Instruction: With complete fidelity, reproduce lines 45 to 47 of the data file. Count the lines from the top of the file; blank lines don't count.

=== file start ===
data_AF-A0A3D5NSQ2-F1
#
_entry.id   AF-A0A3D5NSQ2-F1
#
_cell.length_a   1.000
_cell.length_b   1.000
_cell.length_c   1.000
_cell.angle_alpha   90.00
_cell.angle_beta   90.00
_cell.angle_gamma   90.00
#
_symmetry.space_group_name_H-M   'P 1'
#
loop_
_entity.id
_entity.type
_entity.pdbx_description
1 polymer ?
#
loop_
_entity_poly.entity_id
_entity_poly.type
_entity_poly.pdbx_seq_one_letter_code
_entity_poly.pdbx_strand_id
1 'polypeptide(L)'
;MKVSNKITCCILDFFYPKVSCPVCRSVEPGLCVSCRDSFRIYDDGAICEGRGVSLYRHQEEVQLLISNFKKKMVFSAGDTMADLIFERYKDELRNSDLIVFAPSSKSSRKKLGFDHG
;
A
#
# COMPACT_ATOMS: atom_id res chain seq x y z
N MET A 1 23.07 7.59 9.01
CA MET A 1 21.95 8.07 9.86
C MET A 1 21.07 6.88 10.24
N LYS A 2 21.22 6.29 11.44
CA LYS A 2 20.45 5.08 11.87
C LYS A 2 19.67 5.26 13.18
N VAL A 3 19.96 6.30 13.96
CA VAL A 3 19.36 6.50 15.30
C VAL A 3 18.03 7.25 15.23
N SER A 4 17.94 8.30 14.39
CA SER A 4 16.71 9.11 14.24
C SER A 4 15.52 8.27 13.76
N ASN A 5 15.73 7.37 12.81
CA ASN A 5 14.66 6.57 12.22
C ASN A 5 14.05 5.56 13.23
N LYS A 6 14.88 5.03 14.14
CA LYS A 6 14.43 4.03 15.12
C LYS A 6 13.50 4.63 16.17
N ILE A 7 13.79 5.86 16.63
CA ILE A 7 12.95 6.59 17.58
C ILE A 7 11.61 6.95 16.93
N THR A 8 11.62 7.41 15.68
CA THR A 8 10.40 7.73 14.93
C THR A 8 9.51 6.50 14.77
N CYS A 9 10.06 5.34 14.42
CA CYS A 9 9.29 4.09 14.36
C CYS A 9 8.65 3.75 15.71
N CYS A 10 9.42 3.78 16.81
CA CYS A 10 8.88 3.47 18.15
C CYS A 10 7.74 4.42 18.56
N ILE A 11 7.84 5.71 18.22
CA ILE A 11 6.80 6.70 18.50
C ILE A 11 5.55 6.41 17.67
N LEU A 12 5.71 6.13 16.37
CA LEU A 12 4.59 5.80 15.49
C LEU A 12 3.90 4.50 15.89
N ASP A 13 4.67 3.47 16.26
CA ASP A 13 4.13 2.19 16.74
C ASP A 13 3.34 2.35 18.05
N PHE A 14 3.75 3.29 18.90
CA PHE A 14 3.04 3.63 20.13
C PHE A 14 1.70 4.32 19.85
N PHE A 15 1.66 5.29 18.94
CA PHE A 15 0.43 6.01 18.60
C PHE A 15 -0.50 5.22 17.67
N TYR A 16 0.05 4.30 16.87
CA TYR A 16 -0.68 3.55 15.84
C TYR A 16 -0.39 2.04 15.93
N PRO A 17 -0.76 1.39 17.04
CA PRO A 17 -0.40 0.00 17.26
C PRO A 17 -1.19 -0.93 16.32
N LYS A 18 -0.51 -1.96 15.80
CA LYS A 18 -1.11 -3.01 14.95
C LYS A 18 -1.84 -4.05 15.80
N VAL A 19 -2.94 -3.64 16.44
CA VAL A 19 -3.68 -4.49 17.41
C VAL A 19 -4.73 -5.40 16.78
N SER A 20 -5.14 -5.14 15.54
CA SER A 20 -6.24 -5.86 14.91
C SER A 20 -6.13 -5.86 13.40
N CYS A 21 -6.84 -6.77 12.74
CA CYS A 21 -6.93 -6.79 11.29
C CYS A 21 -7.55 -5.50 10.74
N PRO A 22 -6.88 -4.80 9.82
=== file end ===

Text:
C ASN A 5 14.05 5.56 13.23
N LYS A 6 14.88 5.03 14.14
CA LYS A 6 14.43 4.03 15.12